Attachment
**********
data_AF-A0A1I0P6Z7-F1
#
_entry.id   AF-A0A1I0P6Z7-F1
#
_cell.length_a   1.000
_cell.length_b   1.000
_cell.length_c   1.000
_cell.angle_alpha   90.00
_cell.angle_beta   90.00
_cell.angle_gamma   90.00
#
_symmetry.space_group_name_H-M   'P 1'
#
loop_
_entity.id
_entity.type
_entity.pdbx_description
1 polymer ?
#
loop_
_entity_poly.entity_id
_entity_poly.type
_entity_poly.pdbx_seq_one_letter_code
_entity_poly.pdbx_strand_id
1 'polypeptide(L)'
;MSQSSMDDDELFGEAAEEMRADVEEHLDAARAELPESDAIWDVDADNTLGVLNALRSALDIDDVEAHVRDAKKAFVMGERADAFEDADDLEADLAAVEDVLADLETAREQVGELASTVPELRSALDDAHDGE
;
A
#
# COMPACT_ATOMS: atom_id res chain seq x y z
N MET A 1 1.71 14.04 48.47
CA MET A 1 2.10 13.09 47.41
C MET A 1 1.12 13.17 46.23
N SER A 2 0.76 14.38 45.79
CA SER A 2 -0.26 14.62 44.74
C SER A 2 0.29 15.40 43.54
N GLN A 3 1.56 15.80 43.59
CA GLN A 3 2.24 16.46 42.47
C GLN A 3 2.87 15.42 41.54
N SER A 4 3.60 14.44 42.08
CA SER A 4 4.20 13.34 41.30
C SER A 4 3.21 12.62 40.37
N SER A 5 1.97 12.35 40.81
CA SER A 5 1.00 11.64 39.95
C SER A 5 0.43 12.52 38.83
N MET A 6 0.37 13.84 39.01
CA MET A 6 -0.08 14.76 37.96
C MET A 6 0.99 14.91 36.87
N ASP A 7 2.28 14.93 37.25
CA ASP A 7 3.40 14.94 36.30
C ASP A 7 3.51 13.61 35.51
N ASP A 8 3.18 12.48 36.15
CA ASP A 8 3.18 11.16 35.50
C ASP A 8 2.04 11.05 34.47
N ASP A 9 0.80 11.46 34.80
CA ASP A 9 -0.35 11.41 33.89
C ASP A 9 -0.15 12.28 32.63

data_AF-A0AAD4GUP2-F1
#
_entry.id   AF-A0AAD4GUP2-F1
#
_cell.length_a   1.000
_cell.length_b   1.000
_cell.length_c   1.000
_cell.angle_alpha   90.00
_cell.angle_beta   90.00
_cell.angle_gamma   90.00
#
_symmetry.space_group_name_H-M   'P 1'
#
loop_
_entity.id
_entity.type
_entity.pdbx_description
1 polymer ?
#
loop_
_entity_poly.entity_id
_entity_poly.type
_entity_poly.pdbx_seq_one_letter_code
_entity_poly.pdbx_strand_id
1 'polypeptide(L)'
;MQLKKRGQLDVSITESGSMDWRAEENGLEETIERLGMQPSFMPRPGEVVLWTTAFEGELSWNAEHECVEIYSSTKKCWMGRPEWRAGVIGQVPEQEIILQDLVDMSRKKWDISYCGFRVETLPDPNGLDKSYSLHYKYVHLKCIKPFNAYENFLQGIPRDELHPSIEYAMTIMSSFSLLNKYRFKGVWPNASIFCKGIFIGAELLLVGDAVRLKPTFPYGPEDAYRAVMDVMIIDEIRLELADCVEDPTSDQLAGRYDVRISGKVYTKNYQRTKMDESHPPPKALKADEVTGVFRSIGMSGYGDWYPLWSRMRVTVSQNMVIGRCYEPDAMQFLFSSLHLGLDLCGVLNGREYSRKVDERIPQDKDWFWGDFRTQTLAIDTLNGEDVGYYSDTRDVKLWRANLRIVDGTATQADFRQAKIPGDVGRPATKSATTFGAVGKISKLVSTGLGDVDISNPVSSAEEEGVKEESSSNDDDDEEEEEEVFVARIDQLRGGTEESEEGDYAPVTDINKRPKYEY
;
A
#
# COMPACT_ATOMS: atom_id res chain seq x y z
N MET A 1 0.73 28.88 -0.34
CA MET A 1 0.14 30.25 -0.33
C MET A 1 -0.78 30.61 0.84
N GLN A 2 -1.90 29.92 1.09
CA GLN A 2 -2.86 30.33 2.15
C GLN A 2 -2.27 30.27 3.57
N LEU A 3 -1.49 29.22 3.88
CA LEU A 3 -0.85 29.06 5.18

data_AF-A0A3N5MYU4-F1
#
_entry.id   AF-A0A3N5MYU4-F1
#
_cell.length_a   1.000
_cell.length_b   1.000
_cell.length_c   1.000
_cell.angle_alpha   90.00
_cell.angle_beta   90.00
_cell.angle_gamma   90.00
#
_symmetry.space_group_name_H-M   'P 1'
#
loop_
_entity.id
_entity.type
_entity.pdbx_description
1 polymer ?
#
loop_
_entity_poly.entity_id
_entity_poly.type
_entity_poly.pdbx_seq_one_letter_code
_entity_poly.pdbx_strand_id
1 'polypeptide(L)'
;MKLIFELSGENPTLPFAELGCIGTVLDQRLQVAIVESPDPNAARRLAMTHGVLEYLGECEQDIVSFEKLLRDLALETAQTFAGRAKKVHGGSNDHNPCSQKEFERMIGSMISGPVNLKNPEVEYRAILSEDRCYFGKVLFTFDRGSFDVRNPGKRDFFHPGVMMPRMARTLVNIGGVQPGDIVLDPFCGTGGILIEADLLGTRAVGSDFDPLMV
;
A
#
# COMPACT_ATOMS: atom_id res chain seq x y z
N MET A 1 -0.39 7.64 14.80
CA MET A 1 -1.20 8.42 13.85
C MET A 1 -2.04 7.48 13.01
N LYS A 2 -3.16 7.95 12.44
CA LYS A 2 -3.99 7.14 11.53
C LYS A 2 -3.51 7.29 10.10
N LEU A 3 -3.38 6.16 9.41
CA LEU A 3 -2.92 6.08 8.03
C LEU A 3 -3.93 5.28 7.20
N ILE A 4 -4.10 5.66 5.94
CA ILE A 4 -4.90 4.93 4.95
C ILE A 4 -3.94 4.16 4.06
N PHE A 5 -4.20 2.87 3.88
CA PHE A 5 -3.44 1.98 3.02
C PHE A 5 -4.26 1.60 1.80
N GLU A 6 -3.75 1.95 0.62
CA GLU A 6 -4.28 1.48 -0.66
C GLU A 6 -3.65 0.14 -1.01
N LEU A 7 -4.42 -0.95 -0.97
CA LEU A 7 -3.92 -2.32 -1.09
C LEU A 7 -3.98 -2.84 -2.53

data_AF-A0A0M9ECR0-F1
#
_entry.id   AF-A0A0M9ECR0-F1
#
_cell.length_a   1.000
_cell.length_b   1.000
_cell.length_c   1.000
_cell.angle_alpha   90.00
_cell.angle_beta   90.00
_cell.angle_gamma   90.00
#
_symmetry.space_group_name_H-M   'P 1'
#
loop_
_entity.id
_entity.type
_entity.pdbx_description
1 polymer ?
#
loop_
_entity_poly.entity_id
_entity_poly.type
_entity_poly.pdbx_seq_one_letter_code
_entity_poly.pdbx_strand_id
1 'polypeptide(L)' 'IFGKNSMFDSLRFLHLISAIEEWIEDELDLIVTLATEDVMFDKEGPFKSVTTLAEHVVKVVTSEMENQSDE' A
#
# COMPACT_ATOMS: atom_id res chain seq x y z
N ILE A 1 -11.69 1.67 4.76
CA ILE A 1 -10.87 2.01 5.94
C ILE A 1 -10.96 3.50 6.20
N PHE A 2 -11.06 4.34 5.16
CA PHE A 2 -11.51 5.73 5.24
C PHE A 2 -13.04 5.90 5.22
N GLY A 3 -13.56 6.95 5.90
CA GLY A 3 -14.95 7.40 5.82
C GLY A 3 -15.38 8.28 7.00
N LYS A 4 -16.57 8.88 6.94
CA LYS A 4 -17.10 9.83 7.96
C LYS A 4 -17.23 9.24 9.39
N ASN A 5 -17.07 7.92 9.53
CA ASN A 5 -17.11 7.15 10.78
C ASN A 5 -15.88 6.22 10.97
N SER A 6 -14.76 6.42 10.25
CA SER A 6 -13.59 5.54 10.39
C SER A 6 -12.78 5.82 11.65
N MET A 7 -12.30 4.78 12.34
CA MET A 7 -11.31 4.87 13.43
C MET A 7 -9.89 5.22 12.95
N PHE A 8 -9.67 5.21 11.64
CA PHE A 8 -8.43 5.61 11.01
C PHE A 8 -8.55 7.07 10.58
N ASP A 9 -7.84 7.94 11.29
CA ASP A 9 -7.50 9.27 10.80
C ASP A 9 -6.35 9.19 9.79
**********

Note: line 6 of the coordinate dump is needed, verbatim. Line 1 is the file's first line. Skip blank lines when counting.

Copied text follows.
_cell.length_b   1.000